Category Archives: Oral Health

  • Choosing the Right Mouth Rinse

    A short detour down the dental care aisle at your local store could take awhile if you’re looking for mouth rinses. You may find dozens of products to choose from, all promising to protect your teeth and gums and freshen your breath, and even more. But how do you know what to believe, and which one is right […]

  • What We Can Learn From Diabetic Mice

    If you’ve got diabetes, you probably already know that diabetes can take a toll on your teeth and gums. There is a well-established connection between diabetes, tooth decay, and gum disease. Diabetes affects your body’s ability to process sugar, which results in high blood sugar levels. The higher your blood sugar level, the higher your risk […]

  • If Your Teeth Could Talk

    Are your teeth trying to tell you something? Maybe your gums are sore, your smile is a bit yellow, or a tooth is looking a little crooked. These could be small problems, or signs that you need to see a professional. An achy tooth Do you have throbbing or achy tooth pain? If it just […]

  • You May Not Know About This, But You Should.

    A whopping 62% of Americans know very little or nothing about oral cancer, yet the death rate for this cancer is higher than that of cancers which we hear about routinely, such as cervical cancer, Hodgkin’s lymphoma, laryngeal cancer, cancer of the testes, and endocrine system cancers. A few more facts you may not know (but […]

  • Cosmetics: Making Your Smile More Beautiful

    Have you ever looked in the mirror, and wished you could make improvements on your smile? Periodontal therapy includes cosmetic procedures,  called Periodontal Plastic Procedures, that can often make great improvements. Patients young and old can benefit from some common procedures that can make a big splash! Root Coverage Grafting You’ve most likely heard the […]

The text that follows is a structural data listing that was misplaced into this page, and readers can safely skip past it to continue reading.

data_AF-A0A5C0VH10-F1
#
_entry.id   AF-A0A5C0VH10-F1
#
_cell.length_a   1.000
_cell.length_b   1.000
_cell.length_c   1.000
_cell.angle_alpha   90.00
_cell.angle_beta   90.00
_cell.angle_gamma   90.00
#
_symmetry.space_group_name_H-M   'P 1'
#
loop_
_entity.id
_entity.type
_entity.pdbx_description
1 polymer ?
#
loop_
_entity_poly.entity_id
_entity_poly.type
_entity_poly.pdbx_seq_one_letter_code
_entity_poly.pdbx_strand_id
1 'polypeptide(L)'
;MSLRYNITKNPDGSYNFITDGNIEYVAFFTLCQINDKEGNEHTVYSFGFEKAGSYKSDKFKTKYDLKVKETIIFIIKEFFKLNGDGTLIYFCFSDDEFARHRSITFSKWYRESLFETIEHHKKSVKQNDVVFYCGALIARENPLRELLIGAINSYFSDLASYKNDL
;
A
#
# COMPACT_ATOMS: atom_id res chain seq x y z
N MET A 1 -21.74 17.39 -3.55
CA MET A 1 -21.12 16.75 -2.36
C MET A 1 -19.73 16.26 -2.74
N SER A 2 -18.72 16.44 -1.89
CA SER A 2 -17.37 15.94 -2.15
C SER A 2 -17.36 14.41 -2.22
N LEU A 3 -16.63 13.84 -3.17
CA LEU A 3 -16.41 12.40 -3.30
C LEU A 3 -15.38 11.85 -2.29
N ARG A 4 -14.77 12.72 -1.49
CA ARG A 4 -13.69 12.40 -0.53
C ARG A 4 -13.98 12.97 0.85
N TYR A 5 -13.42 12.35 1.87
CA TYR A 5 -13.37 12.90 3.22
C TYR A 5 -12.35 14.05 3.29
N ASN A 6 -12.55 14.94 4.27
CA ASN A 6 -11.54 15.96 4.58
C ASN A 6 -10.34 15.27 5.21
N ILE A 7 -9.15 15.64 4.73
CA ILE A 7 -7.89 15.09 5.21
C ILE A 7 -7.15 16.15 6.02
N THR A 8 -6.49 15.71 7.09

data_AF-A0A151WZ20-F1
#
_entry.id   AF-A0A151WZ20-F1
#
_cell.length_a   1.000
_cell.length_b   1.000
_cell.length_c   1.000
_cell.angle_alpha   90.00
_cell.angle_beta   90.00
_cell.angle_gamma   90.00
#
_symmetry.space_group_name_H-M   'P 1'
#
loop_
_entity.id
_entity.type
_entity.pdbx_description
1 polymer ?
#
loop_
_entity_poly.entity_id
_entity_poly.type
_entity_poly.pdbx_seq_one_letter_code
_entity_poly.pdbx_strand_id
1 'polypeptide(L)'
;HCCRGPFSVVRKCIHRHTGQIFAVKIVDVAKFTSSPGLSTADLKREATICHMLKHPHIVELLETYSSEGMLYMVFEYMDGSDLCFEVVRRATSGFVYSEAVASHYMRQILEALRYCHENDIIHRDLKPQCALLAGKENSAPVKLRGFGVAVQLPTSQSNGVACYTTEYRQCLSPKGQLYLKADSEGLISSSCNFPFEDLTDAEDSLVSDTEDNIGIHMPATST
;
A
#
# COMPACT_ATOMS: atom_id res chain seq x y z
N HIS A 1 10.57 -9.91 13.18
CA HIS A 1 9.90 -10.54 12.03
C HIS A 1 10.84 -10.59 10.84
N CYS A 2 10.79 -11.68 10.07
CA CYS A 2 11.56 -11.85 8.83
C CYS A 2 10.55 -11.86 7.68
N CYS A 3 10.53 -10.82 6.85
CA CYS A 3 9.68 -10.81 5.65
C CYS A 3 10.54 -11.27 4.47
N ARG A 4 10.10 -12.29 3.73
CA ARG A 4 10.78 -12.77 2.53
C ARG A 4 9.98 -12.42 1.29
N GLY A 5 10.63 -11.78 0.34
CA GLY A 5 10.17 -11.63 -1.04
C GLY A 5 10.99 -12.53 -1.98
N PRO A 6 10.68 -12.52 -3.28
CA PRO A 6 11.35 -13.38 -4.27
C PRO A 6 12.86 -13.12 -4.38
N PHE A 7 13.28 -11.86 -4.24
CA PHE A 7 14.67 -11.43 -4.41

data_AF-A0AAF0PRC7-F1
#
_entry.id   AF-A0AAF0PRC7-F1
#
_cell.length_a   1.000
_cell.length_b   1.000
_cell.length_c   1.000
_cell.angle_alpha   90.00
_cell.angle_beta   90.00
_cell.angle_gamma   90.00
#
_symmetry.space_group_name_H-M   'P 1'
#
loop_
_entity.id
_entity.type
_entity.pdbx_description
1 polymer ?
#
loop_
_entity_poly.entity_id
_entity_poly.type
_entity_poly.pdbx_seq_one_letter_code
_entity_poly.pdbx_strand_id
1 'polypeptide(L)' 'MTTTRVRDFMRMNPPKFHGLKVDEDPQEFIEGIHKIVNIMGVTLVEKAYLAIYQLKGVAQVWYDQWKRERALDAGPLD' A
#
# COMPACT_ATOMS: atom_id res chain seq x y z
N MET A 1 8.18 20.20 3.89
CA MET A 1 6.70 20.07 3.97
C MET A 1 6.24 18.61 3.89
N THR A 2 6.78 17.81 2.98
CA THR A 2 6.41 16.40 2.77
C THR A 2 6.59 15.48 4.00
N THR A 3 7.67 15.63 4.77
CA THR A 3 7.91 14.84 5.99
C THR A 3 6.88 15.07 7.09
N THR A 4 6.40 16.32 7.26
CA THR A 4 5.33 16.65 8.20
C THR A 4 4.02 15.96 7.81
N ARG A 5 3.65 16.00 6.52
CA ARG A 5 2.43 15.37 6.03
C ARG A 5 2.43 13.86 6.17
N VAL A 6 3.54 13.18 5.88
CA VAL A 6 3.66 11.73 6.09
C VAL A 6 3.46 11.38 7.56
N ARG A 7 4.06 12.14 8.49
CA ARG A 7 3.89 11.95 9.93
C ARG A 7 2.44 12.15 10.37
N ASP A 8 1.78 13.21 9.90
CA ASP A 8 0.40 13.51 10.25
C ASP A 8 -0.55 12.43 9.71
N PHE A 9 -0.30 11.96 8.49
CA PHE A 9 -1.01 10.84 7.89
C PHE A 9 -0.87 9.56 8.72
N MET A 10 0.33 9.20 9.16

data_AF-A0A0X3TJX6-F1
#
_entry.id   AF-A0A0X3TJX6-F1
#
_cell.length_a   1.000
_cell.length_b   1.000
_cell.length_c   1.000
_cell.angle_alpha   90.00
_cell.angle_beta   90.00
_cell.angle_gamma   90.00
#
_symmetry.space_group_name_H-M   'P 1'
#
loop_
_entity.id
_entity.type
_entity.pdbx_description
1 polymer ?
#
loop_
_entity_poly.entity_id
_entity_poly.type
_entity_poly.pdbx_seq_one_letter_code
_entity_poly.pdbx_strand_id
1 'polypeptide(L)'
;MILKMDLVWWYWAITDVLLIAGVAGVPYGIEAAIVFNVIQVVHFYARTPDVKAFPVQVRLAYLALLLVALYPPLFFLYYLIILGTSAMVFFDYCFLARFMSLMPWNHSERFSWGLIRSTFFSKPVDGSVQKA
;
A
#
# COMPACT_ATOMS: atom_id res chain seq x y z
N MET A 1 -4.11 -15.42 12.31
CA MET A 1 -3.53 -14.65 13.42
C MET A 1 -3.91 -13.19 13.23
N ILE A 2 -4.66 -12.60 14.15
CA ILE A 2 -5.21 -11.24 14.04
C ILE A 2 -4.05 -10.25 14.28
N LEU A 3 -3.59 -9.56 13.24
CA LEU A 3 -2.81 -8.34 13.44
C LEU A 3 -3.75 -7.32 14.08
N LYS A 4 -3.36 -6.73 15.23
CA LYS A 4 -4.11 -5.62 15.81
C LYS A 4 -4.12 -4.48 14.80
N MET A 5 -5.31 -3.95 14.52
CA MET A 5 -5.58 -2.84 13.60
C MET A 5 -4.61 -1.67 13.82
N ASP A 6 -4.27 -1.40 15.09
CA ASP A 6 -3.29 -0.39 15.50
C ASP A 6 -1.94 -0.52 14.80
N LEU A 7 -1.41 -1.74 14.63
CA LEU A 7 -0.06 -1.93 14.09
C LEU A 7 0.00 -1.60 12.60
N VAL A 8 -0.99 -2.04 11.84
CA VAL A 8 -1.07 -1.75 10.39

• Are Electric Toothbrushes Better Than Manual?

    Even though dentists tell us that we should all be brushing twice a day for at least 2-3 minutes each time, the average person actually only brushes between 45-70 seconds per day, according to the Academy of General Dentistry. Bacteria left behind on your teeth can increase your risk for cavities, gingivitis, and periodontitis, and even more […]

  • Is Your Mouth Trying To Tell You Something?

    We talk a lot about gum health on here, because we’re in the business of keeping your gums healthy. Gum disease is no joke, and unchecked it can wreak havoc on your teeth. But what else are your gums telling you about your health? Healthy gums will be light to medium pink in color, will […]

  • Chronic Gum Disease and Alzheimer’s Disease

    Dental health professionals have long understood the key role that inflammation plays in periodontal health. They recognize similarities between the inflammatory process in periodontal disease and that of other chronic inflammatory diseases. Chronic periodontitis, a leading cause of tooth loss, is also associated with increases in markers of systemic inflammation throughout the body. But new […]

  • Estrogen Therapy Can Lead To Healthier Gums

    Many women take estrogen therapy for relief of menopausal symptoms and osteoporosis, but new research shows that the treatment may also lower their risk of gum disease.  Menopausal symptoms, caused by lower levels of estrogen, and osteoporosis, caused by aging, menopause, and lack of Vitamin D and calcium, are often treated with estrogen therapy. Now a new study […]

  • Your Anti-Inflammatory Diet May Help Save Your Teeth

    When the human body encounters stress, infection, germs, injury, or toxins, it responds by activating proteins meant to protect cells and tissues.  In a healthy body, the inflammation caused by this process serves to heal the body. But if the immune system starts to overreact, that inflammation can become chronic and lead to serious health […]

  • The Uncomfortable Truths About Sugar

    You may be surprised to learn that dental disease is the most common chronic non-infectious disease in both industrial and most low income countries. It affects nearly 4 billion people, and although largely preventable, still remains a prevalent public health concern. And by far the most important dietary factor in the development of poor oral health […]